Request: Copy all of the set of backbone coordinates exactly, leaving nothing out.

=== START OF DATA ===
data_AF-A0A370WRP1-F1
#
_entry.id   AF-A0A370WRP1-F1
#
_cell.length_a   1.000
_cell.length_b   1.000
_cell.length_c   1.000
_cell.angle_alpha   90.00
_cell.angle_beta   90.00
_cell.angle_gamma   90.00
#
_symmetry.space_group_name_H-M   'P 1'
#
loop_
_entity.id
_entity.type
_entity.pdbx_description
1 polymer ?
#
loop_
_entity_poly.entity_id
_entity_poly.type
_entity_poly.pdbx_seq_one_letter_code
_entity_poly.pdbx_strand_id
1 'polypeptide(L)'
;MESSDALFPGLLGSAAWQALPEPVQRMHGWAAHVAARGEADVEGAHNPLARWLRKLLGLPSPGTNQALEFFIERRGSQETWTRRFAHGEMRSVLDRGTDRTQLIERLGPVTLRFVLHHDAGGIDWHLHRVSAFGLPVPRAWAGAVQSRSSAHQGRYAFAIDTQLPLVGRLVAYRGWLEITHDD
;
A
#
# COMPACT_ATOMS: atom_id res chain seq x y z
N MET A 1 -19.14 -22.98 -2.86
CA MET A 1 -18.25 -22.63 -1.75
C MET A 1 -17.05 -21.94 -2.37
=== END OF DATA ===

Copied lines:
data_AF-A0A370WRP1-F1
#
_entry.id   AF-A0A370WRP1-F1
#
_cell.length_a   1.000
_cell.length_b   1.000
_cell.length_c   1.000
_cell.angle_alpha   90.00
_cell.angle_beta   90.00
_cell.angle_gamma   90.00
#
_symmetry.space_group_name_H-M   'P 1'
#
loop_
_entity.id
_entity.type
_entity.pdbx_description
1 polymer ?
#
loop_
_entity_poly.entity_id
_entity_poly.type
_entity_poly.pdbx_seq_one_letter_code
_entity_poly.pdbx_strand_id
1 'polypeptide(L)'
;MESSDALFPGLLGSAAWQALPEPVQRMHGWAAHVAARGEADVEGAHNPLARWLRKLLGLPSPGTNQALEFFIERRGSQETWTRRFAHGEMRSVLDRGTDRTQLIERLGPVTLRFVLHHDAGGIDWHLHRVSAFGLPVPRAWAGAVQSRSSAHQGRYAFAIDTQLPLVGRLVAYRGWLEITHDD
;
A
#
# COMPACT_ATOMS: atom_id res chain seq x y z
N MET A 1 -19.14 -22.98 -2.86
CA MET A 1 -18.25 -22.63 -1.75
C MET A 1 -17.05 -21.94 -2.37